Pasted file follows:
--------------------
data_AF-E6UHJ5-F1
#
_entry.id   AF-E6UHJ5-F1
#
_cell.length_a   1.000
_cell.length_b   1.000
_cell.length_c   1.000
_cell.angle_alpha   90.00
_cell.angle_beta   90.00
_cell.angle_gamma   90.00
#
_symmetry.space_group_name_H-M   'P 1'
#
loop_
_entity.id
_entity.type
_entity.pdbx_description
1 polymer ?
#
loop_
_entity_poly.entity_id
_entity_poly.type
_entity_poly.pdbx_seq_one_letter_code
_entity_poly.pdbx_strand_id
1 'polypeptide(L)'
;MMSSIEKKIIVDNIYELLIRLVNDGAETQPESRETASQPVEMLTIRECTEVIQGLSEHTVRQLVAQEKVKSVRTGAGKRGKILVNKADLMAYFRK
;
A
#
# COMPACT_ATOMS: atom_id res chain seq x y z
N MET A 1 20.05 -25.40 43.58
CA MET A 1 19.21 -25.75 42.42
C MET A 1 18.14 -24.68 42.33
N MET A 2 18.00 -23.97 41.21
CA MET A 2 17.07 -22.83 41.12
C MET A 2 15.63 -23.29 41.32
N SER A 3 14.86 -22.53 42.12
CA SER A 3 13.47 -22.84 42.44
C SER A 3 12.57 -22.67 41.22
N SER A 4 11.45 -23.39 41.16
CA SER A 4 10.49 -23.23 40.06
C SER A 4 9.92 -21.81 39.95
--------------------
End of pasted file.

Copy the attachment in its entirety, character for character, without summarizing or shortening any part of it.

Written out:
data_AF-E6UHJ5-F1
#
_entry.id   AF-E6UHJ5-F1
#
_cell.length_a   1.000
_cell.length_b   1.000
_cell.length_c   1.000
_cell.angle_alpha   90.00
_cell.angle_beta   90.00
_cell.angle_gamma   90.00
#
_symmetry.space_group_name_H-M   'P 1'
#
loop_
_entity.id
_entity.type
_entity.pdbx_description
1 polymer ?
#
loop_
_entity_poly.entity_id
_entity_poly.type
_entity_poly.pdbx_seq_one_letter_code
_entity_poly.pdbx_strand_id
1 'polypeptide(L)'
;MMSSIEKKIIVDNIYELLIRLVNDGAETQPESRETASQPVEMLTIRECTEVIQGLSEHTVRQLVAQEKVKSVRTGAGKRGKILVNKADLMAYFRK
;
A
#
# COMPACT_ATOMS: atom_id res chain seq x y z
N MET A 1 20.05 -25.40 43.58
CA MET A 1 19.21 -25.75 42.42
C MET A 1 18.14 -24.68 42.33
N MET A 2 18.00 -23.97 41.21
CA MET A 2 17.07 -22.83 41.12
C MET A 2 15.63 -23.29 41.32
N SER A 3 14.86 -22.53 42.12
CA SER A 3 13.47 -22.84 42.44
C SER A 3 12.57 -22.67 41.22
N SER A 4 11.45 -23.39 41.16
CA SER A 4 10.49 -23.23 40.06
C SER A 4 9.92 -21.81 39.95